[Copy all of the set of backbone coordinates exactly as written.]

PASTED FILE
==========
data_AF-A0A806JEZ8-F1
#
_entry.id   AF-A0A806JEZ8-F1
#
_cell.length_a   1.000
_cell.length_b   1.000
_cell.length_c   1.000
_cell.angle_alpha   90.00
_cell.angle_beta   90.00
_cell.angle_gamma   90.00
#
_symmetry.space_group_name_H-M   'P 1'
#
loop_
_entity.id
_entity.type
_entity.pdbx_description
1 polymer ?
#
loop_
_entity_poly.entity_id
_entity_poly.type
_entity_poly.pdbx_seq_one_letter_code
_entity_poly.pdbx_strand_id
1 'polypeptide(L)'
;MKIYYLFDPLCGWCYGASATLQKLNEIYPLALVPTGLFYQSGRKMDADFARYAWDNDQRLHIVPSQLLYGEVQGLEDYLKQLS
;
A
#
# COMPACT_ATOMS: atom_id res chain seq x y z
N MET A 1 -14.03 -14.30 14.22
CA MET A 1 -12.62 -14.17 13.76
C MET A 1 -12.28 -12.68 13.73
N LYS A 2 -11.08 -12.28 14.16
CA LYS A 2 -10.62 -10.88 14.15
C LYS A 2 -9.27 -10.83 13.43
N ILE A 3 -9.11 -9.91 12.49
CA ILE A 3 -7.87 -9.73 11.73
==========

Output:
data_AF-A0A806JEZ8-F1
#
_entry.id   AF-A0A806JEZ8-F1
#
_cell.length_a   1.000
_cell.length_b   1.000
_cell.length_c   1.000
_cell.angle_alpha   90.00
_cell.angle_beta   90.00
_cell.angle_gamma   90.00
#
_symmetry.space_group_name_H-M   'P 1'
#
loop_
_entity.id
_entity.type
_entity.pdbx_description
1 polymer ?
#
loop_
_entity_poly.entity_id
_entity_poly.type
_entity_poly.pdbx_seq_one_letter_code
_entity_poly.pdbx_strand_id
1 'polypeptide(L)'
;MKIYYLFDPLCGWCYGASATLQKLNEIYPLALVPTGLFYQSGRKMDADFARYAWDNDQRLHIVPSQLLYGEVQGLEDYLKQLS
;
A
#
# COMPACT_ATOMS: atom_id res chain seq x y z
N MET A 1 -14.03 -14.30 14.22
CA MET A 1 -12.62 -14.17 13.76
C MET A 1 -12.28 -12.68 13.73
N LYS A 2 -11.08 -12.28 14.16
CA LYS A 2 -10.62 -10.88 14.15
C LYS A 2 -9.27 -10.83 13.43
N ILE A 3 -9.11 -9.91 12.49
CA ILE A 3 -7.87 -9.73 11.73